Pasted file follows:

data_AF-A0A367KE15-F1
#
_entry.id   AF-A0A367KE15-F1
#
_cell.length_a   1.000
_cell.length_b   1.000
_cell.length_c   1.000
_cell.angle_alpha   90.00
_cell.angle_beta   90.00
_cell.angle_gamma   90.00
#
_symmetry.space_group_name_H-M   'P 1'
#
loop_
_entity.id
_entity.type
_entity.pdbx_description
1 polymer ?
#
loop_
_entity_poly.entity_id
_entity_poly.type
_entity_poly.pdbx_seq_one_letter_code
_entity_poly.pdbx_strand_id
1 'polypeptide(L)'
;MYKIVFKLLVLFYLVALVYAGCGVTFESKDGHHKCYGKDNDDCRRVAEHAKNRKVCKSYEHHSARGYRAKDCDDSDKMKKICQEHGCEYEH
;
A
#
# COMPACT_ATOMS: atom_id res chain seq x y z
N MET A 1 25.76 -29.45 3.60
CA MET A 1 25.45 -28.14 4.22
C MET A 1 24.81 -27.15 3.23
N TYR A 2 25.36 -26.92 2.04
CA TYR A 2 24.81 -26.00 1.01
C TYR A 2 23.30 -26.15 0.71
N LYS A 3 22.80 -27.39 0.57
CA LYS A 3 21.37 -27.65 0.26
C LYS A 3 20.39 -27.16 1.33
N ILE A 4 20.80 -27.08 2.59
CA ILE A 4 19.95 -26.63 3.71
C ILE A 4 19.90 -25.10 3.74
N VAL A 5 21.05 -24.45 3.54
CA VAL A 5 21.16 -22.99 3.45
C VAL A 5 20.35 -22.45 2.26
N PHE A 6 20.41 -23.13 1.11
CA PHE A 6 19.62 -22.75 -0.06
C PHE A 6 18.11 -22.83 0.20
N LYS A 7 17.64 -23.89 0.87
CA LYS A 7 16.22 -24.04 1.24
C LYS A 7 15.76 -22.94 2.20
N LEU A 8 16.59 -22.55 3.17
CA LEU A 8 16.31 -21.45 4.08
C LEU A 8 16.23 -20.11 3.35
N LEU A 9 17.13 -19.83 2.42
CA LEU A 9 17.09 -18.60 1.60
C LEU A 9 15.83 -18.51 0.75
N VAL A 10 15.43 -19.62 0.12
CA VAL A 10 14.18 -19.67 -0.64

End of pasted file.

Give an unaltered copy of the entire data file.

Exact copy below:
data_AF-A0A367KE15-F1
#
_entry.id   AF-A0A367KE15-F1
#
_cell.length_a   1.000
_cell.length_b   1.000
_cell.length_c   1.000
_cell.angle_alpha   90.00
_cell.angle_beta   90.00
_cell.angle_gamma   90.00
#
_symmetry.space_group_name_H-M   'P 1'
#
loop_
_entity.id
_entity.type
_entity.pdbx_description
1 polymer ?
#
loop_
_entity_poly.entity_id
_entity_poly.type
_entity_poly.pdbx_seq_one_letter_code
_entity_poly.pdbx_strand_id
1 'polypeptide(L)'
;MYKIVFKLLVLFYLVALVYAGCGVTFESKDGHHKCYGKDNDDCRRVAEHAKNRKVCKSYEHHSARGYRAKDCDDSDKMKKICQEHGCEYEH
;
A
#
# COMPACT_ATOMS: atom_id res chain seq x y z
N MET A 1 25.76 -29.45 3.60
CA MET A 1 25.45 -28.14 4.22
C MET A 1 24.81 -27.15 3.23
N TYR A 2 25.36 -26.92 2.04
CA TYR A 2 24.81 -26.00 1.01
C TYR A 2 23.30 -26.15 0.71
N LYS A 3 22.80 -27.39 0.57
CA LYS A 3 21.37 -27.65 0.26
C LYS A 3 20.39 -27.16 1.33
N ILE A 4 20.80 -27.08 2.59
CA ILE A 4 19.95 -26.63 3.71
C ILE A 4 19.90 -25.10 3.74
N VAL A 5 21.05 -24.45 3.54
CA VAL A 5 21.16 -22.99 3.45
C VAL A 5 20.35 -22.45 2.26
N PHE A 6 20.41 -23.13 1.11
CA PHE A 6 19.62 -22.75 -0.06
C PHE A 6 18.11 -22.83 0.20
N LYS A 7 17.64 -23.89 0.87
CA LYS A 7 16.22 -24.04 1.24
C LYS A 7 15.76 -22.94 2.20
N LEU A 8 16.59 -22.55 3.17
CA LEU A 8 16.31 -21.45 4.08
C LEU A 8 16.23 -20.11 3.35
N LEU A 9 17.13 -19.83 2.42
CA LEU A 9 17.09 -18.60 1.60
C LEU A 9 15.83 -18.51 0.75
N VAL A 10 15.43 -19.62 0.12
CA VAL A 10 14.18 -19.67 -0.64